Housed in a beautifully maintained 18th-century palazzo, Pepe in Grani offers diners the chance to savour Franco’s flavours in a variety of ways. Groups can reserve the three circular tasting room tables – for a bird’s eye view of pies in process, book the one with a see-through table top that overlooks the oven – while those after a more intimate experience should book Authentica, a private table for eight complete with wood-fired oven. On a summer evening, the breeze rolling over the terrace, the third of seven spaces, is particularly refreshing. While you can order a whole pizza – Napoli-style strictly adheres to a 11.5- to 12in diameter – it’s more fun to sample the 12-course tasting menu.

Ingredients are all sourced locally and, like it or not, he has elevated Neapolitan style to a new level

A welcome addition to the Pepe in Grani palazzo for food lovers who literally want to roll upstairs to pass out is the recently opened B&B. Both contemporary rooms are spacious, sporting views of the Campania countryside. While it’s a new hospitality venture for Franco, who was given an Order of Merit of the Italian Republic in 2019, it’s in keeping with the visionary approach he takes to pizza.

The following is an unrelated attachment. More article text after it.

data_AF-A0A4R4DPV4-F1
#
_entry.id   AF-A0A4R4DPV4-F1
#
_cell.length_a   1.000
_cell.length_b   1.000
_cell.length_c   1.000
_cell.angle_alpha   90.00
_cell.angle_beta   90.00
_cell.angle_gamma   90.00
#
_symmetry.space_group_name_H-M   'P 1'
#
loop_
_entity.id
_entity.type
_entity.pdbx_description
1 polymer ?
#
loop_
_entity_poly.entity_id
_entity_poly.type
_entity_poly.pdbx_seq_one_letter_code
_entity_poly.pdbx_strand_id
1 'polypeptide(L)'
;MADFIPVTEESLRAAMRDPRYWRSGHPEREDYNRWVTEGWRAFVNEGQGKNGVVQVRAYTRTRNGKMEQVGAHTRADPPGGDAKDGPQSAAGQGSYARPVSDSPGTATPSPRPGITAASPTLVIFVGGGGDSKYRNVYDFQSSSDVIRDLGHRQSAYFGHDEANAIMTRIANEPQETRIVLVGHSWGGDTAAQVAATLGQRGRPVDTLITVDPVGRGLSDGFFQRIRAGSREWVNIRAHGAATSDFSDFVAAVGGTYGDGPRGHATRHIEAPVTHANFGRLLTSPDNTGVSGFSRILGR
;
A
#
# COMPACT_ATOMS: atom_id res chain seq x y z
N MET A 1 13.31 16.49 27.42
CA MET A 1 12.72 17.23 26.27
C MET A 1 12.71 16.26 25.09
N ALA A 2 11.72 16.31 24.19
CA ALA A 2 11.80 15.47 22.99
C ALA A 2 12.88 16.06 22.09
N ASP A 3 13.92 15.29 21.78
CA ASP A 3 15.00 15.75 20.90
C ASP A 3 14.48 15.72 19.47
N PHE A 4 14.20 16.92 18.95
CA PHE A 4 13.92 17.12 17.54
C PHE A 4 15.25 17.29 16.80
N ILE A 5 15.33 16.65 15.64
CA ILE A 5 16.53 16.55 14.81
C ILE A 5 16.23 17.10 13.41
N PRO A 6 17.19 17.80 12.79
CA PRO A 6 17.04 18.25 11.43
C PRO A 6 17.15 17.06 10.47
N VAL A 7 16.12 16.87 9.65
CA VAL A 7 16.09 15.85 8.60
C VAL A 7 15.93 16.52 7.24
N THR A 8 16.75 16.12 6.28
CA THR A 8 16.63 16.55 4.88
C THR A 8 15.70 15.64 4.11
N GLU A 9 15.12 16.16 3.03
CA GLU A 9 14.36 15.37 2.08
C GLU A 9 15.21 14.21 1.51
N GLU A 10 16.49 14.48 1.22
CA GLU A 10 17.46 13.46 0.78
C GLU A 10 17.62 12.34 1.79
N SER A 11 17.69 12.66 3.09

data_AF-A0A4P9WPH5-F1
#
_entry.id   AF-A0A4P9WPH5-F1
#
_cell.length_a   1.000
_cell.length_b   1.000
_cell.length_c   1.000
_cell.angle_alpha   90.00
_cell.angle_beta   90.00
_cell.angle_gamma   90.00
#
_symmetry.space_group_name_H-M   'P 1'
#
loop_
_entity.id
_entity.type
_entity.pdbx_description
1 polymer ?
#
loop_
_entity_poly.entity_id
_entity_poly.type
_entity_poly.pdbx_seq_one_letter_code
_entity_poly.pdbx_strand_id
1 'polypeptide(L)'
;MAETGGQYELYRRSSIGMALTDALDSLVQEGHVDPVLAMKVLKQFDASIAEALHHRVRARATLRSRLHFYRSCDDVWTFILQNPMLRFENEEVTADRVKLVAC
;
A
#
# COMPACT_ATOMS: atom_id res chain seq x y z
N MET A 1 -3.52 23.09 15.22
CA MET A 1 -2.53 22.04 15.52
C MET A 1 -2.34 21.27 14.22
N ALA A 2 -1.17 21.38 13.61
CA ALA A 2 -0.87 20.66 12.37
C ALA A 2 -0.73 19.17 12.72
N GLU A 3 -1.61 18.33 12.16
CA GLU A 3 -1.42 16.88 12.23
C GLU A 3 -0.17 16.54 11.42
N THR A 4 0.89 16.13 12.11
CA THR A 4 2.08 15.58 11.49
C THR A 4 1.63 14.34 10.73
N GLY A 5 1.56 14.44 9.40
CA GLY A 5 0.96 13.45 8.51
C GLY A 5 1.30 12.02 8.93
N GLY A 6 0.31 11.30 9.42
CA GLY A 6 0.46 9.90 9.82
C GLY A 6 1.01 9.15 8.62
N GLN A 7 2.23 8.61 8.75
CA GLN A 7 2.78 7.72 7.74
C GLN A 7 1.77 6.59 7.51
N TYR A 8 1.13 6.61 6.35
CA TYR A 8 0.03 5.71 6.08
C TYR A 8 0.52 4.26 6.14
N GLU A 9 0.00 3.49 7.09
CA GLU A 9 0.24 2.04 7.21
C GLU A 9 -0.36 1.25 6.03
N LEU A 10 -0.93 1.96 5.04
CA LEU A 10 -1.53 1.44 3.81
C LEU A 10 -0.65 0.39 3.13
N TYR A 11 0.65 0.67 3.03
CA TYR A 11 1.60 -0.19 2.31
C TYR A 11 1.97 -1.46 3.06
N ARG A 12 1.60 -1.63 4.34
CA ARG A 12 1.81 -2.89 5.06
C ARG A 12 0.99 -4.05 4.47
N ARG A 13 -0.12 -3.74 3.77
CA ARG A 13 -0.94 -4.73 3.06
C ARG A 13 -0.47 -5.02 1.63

“I wanted to move the world of pizza away from the concept of fast food, which it’s often aligned to, so we created an overnight stay at the B&B to give pizza a slower connotation and allow people to experience the pizzeria according to the concepts of an ancient inn,” he says.

With a bellyful of Ciro (fried calzoncini stuffed with 12-month-aged Grana cheese fondue, rocket pesto and Caiazzane olive powder), Alletterata (topped with creamy Alife onions, Buffalo Mozzarella DOP, a little tunny and celery), and a slice of the totally moreish La Crisommola del Vesuvio dessert (fried pizza with Ricotta di Bufala Campana DOP with lemon peel, apricot jam from Vesuvius, toasted hazelnuts, dehydrated olives and fresh mint), checking in ensures your food baby only has to cope with crawling up three flights of stairs.